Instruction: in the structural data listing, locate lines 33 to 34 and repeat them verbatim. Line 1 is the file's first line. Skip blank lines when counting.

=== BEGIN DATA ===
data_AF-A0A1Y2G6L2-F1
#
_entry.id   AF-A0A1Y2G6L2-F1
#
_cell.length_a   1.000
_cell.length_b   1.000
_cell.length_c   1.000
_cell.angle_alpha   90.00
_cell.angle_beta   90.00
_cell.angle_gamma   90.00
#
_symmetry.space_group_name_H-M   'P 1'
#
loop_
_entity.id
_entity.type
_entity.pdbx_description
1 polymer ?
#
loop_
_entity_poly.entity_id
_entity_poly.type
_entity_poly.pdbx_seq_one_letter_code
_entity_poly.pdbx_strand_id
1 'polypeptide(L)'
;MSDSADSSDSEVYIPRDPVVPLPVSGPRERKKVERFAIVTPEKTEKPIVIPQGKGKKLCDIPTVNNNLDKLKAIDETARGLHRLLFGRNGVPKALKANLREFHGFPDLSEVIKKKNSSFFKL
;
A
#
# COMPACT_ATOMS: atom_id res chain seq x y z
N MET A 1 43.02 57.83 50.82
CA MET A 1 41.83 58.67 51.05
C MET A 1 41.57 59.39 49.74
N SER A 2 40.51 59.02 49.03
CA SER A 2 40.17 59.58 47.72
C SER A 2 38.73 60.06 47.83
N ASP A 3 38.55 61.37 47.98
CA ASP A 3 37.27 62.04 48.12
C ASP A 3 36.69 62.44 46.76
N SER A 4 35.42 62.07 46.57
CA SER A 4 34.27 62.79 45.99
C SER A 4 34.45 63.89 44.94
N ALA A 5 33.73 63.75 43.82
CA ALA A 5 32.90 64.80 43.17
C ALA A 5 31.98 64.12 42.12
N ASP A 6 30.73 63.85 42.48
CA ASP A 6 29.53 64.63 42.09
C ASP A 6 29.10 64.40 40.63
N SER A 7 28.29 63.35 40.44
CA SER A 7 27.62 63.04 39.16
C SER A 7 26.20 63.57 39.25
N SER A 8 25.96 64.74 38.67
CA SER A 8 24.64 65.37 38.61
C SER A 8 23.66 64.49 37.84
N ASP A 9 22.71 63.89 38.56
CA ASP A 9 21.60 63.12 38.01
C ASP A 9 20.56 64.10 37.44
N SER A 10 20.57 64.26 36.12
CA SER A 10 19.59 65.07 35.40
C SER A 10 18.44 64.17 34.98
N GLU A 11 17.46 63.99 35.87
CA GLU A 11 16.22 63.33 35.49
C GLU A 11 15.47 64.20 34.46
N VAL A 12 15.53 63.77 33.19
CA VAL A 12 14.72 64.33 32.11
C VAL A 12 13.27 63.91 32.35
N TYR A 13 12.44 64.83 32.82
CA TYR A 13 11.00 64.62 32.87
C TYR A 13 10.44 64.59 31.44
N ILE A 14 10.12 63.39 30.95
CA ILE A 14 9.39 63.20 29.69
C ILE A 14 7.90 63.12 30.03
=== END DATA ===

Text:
C MET A 1 41.57 59.39 49.74
N SER A 2 40.51 59.02 49.03